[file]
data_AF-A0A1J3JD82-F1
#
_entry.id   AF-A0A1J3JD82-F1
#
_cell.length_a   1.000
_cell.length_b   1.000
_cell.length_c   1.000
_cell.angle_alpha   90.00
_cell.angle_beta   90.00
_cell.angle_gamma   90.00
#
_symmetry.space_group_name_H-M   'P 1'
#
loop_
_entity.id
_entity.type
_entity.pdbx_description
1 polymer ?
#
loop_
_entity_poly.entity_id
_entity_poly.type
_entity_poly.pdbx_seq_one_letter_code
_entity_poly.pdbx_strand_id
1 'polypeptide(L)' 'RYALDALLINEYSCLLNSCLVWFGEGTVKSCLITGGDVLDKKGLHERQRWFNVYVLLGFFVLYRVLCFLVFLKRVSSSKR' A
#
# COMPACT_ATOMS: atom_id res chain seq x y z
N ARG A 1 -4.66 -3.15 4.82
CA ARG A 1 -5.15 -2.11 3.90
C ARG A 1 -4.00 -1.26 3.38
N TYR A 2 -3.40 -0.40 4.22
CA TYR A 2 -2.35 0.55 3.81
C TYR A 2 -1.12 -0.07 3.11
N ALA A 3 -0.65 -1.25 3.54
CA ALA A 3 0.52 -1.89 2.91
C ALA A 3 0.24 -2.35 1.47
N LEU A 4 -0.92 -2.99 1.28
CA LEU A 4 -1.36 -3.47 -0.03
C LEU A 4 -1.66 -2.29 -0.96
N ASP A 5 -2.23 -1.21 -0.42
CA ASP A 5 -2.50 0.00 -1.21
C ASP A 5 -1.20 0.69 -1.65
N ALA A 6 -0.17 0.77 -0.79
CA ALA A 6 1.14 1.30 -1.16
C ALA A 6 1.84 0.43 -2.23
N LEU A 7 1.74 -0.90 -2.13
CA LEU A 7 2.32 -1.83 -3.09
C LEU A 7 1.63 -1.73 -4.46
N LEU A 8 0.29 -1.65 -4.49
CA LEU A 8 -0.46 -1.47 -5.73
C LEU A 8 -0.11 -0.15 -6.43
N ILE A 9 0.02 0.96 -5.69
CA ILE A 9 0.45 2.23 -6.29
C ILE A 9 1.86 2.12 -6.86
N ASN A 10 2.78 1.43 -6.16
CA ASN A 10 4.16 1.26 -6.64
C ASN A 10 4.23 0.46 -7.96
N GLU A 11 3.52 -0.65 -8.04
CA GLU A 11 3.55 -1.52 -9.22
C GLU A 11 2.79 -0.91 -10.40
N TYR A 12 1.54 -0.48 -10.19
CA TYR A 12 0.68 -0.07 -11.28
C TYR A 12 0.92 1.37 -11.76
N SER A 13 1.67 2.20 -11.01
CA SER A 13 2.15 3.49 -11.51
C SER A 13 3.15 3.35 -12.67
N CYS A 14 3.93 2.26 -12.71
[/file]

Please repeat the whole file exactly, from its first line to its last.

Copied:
data_AF-A0A1J3JD82-F1
#
_entry.id   AF-A0A1J3JD82-F1
#
_cell.length_a   1.000
_cell.length_b   1.000
_cell.length_c   1.000
_cell.angle_alpha   90.00
_cell.angle_beta   90.00
_cell.angle_gamma   90.00
#
_symmetry.space_group_name_H-M   'P 1'
#
loop_
_entity.id
_entity.type
_entity.pdbx_description
1 polymer ?
#
loop_
_entity_poly.entity_id
_entity_poly.type
_entity_poly.pdbx_seq_one_letter_code
_entity_poly.pdbx_strand_id
1 'polypeptide(L)' 'RYALDALLINEYSCLLNSCLVWFGEGTVKSCLITGGDVLDKKGLHERQRWFNVYVLLGFFVLYRVLCFLVFLKRVSSSKR' A
#
# COMPACT_ATOMS: atom_id res chain seq x y z
N ARG A 1 -4.66 -3.15 4.82
CA ARG A 1 -5.15 -2.11 3.90
C ARG A 1 -4.00 -1.26 3.38
N TYR A 2 -3.40 -0.40 4.22
CA TYR A 2 -2.35 0.55 3.81
C TYR A 2 -1.12 -0.07 3.11
N ALA A 3 -0.65 -1.25 3.54
CA ALA A 3 0.52 -1.89 2.91
C ALA A 3 0.24 -2.35 1.47
N LEU A 4 -0.92 -2.99 1.28
CA LEU A 4 -1.36 -3.47 -0.03
C LEU A 4 -1.66 -2.29 -0.96
N ASP A 5 -2.23 -1.21 -0.42
CA ASP A 5 -2.50 0.00 -1.21
C ASP A 5 -1.20 0.69 -1.65
N ALA A 6 -0.17 0.77 -0.79
CA ALA A 6 1.14 1.30 -1.16
C ALA A 6 1.84 0.43 -2.23
N LEU A 7 1.74 -0.90 -2.13
CA LEU A 7 2.32 -1.83 -3.09
C LEU A 7 1.63 -1.73 -4.46
N LEU A 8 0.29 -1.65 -4.49
CA LEU A 8 -0.46 -1.47 -5.73
C LEU A 8 -0.11 -0.15 -6.43
N ILE A 9 0.02 0.96 -5.69
CA ILE A 9 0.45 2.23 -6.29
C ILE A 9 1.86 2.12 -6.86
N ASN A 10 2.78 1.43 -6.16
CA ASN A 10 4.16 1.26 -6.64
C ASN A 10 4.23 0.46 -7.96
N GLU A 11 3.52 -0.65 -8.04
CA GLU A 11 3.55 -1.52 -9.22
C GLU A 11 2.79 -0.91 -10.40
N TYR A 12 1.54 -0.48 -10.19
CA TYR A 12 0.68 -0.07 -11.28
C TYR A 12 0.92 1.37 -11.76
N SER A 13 1.67 2.20 -11.01
CA SER A 13 2.15 3.49 -11.51
C SER A 13 3.15 3.35 -12.67
N CYS A 14 3.93 2.26 -12.71